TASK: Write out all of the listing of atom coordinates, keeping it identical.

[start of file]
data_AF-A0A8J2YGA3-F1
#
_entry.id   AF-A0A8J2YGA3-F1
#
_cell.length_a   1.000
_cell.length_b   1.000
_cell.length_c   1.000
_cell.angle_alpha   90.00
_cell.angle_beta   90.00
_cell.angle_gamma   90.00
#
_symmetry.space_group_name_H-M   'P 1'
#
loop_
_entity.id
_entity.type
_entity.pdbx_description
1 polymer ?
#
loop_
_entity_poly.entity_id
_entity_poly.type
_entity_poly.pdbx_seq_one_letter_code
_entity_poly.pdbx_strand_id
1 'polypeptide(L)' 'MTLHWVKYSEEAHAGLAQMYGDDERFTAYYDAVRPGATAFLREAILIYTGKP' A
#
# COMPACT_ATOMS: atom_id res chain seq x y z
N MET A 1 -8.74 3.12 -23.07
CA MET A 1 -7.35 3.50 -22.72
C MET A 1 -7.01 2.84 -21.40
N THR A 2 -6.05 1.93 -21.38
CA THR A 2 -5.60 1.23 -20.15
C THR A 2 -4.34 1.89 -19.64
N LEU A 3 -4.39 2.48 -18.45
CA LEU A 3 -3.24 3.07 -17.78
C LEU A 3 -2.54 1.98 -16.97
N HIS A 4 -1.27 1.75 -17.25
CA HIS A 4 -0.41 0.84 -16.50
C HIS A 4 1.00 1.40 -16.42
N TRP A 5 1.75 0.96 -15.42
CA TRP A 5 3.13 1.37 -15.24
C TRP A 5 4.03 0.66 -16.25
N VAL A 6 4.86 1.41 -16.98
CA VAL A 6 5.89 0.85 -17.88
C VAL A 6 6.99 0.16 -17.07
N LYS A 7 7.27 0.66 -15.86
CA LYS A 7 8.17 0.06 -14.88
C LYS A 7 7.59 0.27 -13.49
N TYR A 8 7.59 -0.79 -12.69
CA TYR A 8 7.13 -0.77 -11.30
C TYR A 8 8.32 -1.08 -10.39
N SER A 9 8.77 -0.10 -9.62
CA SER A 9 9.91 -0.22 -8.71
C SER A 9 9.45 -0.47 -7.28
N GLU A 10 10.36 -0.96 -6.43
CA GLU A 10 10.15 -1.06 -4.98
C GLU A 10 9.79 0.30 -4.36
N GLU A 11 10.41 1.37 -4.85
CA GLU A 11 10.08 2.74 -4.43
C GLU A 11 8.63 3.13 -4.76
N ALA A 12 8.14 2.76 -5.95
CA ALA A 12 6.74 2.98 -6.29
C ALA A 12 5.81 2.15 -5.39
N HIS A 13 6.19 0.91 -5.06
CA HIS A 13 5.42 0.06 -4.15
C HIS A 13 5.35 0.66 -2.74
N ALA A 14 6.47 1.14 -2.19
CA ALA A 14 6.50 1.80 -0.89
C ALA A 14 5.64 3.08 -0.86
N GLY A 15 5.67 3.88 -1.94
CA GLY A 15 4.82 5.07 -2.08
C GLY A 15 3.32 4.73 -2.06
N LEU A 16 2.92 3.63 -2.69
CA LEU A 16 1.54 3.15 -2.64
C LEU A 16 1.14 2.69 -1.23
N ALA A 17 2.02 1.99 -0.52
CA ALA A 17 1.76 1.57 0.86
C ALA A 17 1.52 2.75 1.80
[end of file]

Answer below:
data_AF-A0A8J2YGA3-F1
#
_entry.id   AF-A0A8J2YGA3-F1
#
_cell.length_a   1.000
_cell.length_b   1.000
_cell.length_c   1.000
_cell.angle_alpha   90.00
_cell.angle_beta   90.00
_cell.angle_gamma   90.00
#
_symmetry.space_group_name_H-M   'P 1'
#
loop_
_entity.id
_entity.type
_entity.pdbx_description
1 polymer ?
#
loop_
_entity_poly.entity_id
_entity_poly.type
_entity_poly.pdbx_seq_one_letter_code
_entity_poly.pdbx_strand_id
1 'polypeptide(L)' 'MTLHWVKYSEEAHAGLAQMYGDDERFTAYYDAVRPGATAFLREAILIYTGKP' A
#
# COMPACT_ATOMS: atom_id res chain seq x y z
N MET A 1 -8.74 3.12 -23.07
CA MET A 1 -7.35 3.50 -22.72
C MET A 1 -7.01 2.84 -21.40
N THR A 2 -6.05 1.93 -21.38
CA THR A 2 -5.60 1.23 -20.15
C THR A 2 -4.34 1.89 -19.64
N LEU A 3 -4.39 2.48 -18.45
CA LEU A 3 -3.24 3.07 -17.78
C LEU A 3 -2.54 1.98 -16.97
N HIS A 4 -1.27 1.75 -17.25
CA HIS A 4 -0.41 0.84 -16.50
C HIS A 4 1.00 1.40 -16.42
N TRP A 5 1.75 0.96 -15.42
CA TRP A 5 3.13 1.37 -15.24
C TRP A 5 4.03 0.66 -16.25
N VAL A 6 4.86 1.41 -16.98
CA VAL A 6 5.89 0.85 -17.88
C VAL A 6 6.99 0.16 -17.07
N LYS A 7 7.27 0.66 -15.86
CA LYS A 7 8.17 0.06 -14.88
C LYS A 7 7.59 0.27 -13.49
N TYR A 8 7.59 -0.79 -12.69
CA TYR A 8 7.13 -0.77 -11.30
C TYR A 8 8.32 -1.08 -10.39
N SER A 9 8.77 -0.10 -9.62
CA SER A 9 9.91 -0.22 -8.71
C SER A 9 9.45 -0.47 -7.28
N GLU A 10 10.36 -0.96 -6.43
CA GLU A 10 10.15 -1.06 -4.98
C GLU A 10 9.79 0.30 -4.36
N GLU A 11 10.41 1.37 -4.85
CA GLU A 11 10.08 2.74 -4.43
C GLU A 11 8.63 3.13 -4.76
N ALA A 12 8.14 2.76 -5.95
CA ALA A 12 6.74 2.98 -6.29
C ALA A 12 5.81 2.15 -5.39
N HIS A 13 6.19 0.91 -5.06
CA HIS A 13 5.42 0.06 -4.15
C HIS A 13 5.35 0.66 -2.74
N ALA A 14 6.47 1.14 -2.19
CA ALA A 14 6.50 1.80 -0.89
C ALA A 14 5.64 3.08 -0.86
N GLY A 15 5.67 3.88 -1.94
CA GLY A 15 4.82 5.07 -2.08
C GLY A 15 3.32 4.73 -2.06
N LEU A 16 2.92 3.63 -2.69
CA LEU A 16 1.54 3.15 -2.64
C LEU A 16 1.14 2.69 -1.23
N ALA A 17 2.02 1.99 -0.52
CA ALA A 17 1.76 1.57 0.86
C ALA A 17 1.52 2.75 1.80